Meet the String Man 1. About String Games 2. Simple Figures 3. Stars 4. Popular Figures 5. Stories 6. 3d Figures 7. Moving Figures 8. Other Figures 9. Partner Games 10. Tricks 11. String Things 12. Children's Inventions 13. Very Simple Figures 14. Stringing Stories Together
Michael Taylor is a teacher at Philpots Manor School in the UK who promotes traditional childhood games of movement and agility for the classroom, playground and gym. As well as string figures he collects and teaches clapping games, finger-games, jump-rope activities, ball-bouncing and bean-bag games. He always carries a string with him, and has been known to share string patterns with strangers on tube trains and aeroplanes. He is the author of Pull the Other One and Now You See It.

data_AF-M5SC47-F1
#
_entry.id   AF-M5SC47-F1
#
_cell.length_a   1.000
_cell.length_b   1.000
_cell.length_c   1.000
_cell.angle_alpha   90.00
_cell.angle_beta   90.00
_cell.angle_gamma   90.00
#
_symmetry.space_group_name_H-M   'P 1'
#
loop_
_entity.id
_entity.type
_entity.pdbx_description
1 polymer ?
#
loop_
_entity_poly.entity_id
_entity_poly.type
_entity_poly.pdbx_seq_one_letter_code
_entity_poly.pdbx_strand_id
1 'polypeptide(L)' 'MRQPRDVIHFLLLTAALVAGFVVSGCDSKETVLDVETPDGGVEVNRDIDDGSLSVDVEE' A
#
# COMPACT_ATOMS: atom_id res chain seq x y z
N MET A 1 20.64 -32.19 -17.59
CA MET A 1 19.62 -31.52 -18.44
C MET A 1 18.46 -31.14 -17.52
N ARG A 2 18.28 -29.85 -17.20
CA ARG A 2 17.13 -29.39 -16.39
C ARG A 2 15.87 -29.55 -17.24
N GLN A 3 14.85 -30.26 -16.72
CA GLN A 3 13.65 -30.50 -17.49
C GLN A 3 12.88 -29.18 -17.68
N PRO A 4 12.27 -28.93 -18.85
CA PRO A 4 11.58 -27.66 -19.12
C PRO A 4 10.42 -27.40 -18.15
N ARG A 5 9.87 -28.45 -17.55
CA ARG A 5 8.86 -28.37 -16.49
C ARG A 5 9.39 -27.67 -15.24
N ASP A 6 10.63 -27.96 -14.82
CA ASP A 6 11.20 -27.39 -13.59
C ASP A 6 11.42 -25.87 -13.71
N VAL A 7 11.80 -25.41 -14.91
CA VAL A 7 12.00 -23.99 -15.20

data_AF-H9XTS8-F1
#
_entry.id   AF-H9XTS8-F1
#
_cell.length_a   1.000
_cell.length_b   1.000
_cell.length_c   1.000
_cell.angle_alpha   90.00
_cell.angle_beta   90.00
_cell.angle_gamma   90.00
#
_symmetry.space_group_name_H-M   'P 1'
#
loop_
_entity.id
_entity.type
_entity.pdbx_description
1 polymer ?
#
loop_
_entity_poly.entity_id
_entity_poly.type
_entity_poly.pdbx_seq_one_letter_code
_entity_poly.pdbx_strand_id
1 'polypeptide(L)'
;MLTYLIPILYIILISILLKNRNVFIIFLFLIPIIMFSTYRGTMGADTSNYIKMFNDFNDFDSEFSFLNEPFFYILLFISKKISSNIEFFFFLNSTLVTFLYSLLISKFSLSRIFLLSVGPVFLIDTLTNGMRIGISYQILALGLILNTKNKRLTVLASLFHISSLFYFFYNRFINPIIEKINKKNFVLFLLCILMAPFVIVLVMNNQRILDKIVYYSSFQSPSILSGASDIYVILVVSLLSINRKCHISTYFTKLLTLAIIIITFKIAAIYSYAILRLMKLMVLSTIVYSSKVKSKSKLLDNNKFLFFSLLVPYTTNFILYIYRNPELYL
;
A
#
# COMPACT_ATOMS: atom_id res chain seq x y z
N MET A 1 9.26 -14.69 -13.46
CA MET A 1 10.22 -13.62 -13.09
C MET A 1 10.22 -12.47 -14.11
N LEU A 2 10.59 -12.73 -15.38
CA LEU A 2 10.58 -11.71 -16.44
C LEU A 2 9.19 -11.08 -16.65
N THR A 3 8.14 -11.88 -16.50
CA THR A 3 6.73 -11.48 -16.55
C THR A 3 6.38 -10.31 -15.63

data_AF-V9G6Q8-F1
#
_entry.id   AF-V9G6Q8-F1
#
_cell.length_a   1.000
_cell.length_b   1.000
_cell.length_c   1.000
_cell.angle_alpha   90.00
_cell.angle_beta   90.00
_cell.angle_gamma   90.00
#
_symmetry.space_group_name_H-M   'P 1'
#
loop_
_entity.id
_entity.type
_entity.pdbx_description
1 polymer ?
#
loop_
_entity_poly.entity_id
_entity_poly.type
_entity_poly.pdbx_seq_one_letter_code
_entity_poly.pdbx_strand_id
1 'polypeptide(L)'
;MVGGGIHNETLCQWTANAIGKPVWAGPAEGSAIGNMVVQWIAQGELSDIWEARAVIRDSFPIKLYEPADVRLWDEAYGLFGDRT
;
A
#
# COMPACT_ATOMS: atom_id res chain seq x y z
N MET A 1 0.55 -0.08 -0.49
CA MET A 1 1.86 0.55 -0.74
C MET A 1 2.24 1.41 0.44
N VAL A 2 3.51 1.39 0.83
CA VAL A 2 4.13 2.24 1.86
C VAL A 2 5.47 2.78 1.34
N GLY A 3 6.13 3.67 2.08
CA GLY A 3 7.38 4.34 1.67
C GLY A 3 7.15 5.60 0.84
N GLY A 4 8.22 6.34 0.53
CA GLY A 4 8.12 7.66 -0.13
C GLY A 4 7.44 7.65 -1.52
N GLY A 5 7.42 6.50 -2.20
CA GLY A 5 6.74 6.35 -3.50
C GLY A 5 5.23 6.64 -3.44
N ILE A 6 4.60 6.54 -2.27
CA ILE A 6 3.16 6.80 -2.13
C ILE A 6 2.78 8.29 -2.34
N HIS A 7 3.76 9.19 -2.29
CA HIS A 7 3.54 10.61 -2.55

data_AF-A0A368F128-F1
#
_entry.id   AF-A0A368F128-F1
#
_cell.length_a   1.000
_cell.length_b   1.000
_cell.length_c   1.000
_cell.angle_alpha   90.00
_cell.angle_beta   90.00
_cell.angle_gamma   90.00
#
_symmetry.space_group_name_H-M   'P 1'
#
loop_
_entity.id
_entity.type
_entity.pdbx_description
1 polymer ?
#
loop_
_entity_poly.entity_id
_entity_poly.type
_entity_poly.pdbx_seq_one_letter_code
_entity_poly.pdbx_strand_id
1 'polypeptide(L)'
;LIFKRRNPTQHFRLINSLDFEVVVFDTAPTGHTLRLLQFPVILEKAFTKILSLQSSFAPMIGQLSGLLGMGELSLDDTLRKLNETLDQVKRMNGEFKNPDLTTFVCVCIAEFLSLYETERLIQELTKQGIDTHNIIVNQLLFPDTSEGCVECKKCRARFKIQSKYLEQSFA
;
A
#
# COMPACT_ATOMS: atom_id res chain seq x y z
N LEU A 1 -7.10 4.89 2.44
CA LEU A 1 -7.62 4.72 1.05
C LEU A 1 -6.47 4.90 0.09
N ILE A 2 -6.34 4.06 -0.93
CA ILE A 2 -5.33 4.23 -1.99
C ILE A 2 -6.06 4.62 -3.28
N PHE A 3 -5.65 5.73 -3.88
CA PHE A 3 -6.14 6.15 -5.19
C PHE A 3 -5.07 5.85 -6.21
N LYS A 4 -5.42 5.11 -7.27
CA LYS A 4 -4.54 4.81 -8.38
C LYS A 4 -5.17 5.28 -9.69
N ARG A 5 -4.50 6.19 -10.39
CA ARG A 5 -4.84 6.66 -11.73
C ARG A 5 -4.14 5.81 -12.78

'The cat's cradle craze keeps popping up and this is the whole works. We start with a simple flag across our fingers and end up with wearable art. It can be an individual or a group activity - see the Five Person Star! There are even rhymes and stories to tell as you illustrate them in string. There are some scholarly notes which show how string games are part of many different cultures. An excellent 'cross-generational' book.' -- Carousel Christmas Guide to Children's Books 2008 'Children today sometimes miss out on traditional pursuits so it is always good to find a book that offers something a little different. This project book, complete with colourful string, is a great resource giving readers the chance to play games, make pictures and act out stories - all using string. Diagrams for over 80 activities are fairly easy to follow, even for an instruction phobic parent!' -- The Green Parent, Oct/Nov 2008 'Do you remember playing Cat's Cradle as a child? A new book - Finger Strings by Michael Taylor - offers step by step instructions for finger string games and comes with two strings. Why not relearn your skills and teach them to your children or grandchildren - or use them as an ice-breaker at a party?' -- Woman Alive, October 2008 'These are very clearly described and pictured, and there are examples of simple figures and some quite complicated. Some can be used in the telling of a story and others have a poem accompanying them; there is much potential for use across a wide range from playgroup to adult, and indeed some shapes have been invented by children themselves. The sense of achievement when the desired result is reached is very satisfying! ... It can be addictive: back to Jacob's Ladder ...' -- Diana Barnes, The School Librarian